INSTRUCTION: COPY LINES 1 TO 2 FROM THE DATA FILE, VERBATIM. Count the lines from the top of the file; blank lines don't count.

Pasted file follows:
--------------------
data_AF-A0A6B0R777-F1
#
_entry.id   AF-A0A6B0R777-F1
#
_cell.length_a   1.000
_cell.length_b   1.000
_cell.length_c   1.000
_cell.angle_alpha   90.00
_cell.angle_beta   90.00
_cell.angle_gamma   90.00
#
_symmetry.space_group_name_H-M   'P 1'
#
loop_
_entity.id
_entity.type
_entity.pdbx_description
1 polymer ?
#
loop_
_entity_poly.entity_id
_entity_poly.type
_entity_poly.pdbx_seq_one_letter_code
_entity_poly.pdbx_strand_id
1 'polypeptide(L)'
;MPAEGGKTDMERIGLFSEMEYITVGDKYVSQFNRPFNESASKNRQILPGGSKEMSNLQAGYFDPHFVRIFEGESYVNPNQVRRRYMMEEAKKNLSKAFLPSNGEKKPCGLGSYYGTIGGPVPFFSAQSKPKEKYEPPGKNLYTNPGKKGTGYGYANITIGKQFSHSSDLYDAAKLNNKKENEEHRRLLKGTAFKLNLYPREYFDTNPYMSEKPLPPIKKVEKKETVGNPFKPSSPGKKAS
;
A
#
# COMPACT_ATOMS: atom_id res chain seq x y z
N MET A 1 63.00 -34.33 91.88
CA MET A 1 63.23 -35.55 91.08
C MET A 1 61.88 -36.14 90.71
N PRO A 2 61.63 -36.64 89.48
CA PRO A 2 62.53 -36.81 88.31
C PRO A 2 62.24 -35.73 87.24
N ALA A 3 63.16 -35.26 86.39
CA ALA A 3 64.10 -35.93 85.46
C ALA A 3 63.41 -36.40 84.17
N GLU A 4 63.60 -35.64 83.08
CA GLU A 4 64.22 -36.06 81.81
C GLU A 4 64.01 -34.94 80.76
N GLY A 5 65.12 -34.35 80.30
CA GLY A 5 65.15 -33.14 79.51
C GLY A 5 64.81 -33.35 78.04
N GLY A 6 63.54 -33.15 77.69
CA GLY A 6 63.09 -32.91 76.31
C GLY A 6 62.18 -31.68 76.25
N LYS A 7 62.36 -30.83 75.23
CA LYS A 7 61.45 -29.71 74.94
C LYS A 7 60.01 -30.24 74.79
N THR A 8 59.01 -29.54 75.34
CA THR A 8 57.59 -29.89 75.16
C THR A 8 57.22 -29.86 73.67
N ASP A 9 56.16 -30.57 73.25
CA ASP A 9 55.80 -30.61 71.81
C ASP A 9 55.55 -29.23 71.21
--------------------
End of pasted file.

data_AF-A0A6B0R777-F1
#